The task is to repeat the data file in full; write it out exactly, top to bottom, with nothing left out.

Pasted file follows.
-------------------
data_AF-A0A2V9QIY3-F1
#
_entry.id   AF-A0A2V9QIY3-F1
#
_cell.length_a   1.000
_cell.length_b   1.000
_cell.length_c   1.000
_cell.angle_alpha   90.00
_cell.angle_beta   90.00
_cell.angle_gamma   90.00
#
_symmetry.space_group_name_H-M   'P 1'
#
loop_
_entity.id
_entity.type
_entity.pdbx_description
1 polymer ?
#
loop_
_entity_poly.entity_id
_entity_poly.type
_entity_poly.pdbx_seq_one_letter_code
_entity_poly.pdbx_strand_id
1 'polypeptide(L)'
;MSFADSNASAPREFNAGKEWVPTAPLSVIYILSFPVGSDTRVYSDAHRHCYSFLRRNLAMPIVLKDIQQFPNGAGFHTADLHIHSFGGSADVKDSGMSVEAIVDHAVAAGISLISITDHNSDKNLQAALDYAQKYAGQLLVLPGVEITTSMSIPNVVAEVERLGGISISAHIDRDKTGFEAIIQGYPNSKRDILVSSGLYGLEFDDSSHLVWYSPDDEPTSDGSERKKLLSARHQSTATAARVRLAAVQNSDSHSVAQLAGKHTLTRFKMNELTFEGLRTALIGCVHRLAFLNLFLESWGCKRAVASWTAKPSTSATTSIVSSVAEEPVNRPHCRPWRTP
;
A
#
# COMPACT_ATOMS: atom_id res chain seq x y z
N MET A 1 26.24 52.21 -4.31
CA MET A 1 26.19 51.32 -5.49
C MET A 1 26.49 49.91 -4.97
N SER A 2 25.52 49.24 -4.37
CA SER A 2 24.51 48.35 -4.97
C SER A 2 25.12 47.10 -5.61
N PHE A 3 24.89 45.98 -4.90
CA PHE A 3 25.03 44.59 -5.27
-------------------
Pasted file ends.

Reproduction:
data_AF-A0A2V9QIY3-F1
#
_entry.id   AF-A0A2V9QIY3-F1
#
_cell.length_a   1.000
_cell.length_b   1.000
_cell.length_c   1.000
_cell.angle_alpha   90.00
_cell.angle_beta   90.00
_cell.angle_gamma   90.00
#
_symmetry.space_group_name_H-M   'P 1'
#
loop_
_entity.id
_entity.type
_entity.pdbx_description
1 polymer ?
#
loop_
_entity_poly.entity_id
_entity_poly.type
_entity_poly.pdbx_seq_one_letter_code
_entity_poly.pdbx_strand_id
1 'polypeptide(L)'
;MSFADSNASAPREFNAGKEWVPTAPLSVIYILSFPVGSDTRVYSDAHRHCYSFLRRNLAMPIVLKDIQQFPNGAGFHTADLHIHSFGGSADVKDSGMSVEAIVDHAVAAGISLISITDHNSDKNLQAALDYAQKYAGQLLVLPGVEITTSMSIPNVVAEVERLGGISISAHIDRDKTGFEAIIQGYPNSKRDILVSSGLYGLEFDDSSHLVWYSPDDEPTSDGSERKKLLSARHQSTATAARVRLAAVQNSDSHSVAQLAGKHTLTRFKMNELTFEGLRTALIGCVHRLAFLNLFLESWGCKRAVASWTAKPSTSATTSIVSSVAEEPVNRPHCRPWRTP
;
A
#
# COMPACT_ATOMS: atom_id res chain seq x y z
N MET A 1 26.24 52.21 -4.31
CA MET A 1 26.19 51.32 -5.49
C MET A 1 26.49 49.91 -4.97
N SER A 2 25.52 49.24 -4.37
CA SER A 2 24.51 48.35 -4.97
C SER A 2 25.12 47.10 -5.61
N PHE A 3 24.89 45.98 -4.90
CA PHE A 3 25.03 44.59 -5.27